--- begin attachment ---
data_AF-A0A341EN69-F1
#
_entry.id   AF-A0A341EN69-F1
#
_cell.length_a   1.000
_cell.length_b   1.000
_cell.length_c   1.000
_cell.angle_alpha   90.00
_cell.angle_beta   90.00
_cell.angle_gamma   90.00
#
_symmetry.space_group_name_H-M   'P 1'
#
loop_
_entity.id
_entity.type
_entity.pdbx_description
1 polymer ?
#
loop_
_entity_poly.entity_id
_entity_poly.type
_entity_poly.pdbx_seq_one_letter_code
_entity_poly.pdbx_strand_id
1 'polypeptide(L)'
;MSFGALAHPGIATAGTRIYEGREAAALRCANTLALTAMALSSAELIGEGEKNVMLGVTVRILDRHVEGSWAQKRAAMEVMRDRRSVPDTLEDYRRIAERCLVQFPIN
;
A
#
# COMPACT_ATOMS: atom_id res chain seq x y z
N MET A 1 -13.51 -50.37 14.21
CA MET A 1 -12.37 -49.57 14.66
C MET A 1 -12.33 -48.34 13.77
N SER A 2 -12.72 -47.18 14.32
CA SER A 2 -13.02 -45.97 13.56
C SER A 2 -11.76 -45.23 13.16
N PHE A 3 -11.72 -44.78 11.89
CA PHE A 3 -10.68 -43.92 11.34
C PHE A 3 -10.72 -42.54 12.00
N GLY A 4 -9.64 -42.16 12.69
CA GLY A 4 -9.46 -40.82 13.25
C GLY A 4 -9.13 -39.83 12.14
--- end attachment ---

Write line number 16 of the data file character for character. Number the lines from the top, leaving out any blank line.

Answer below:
_entity.type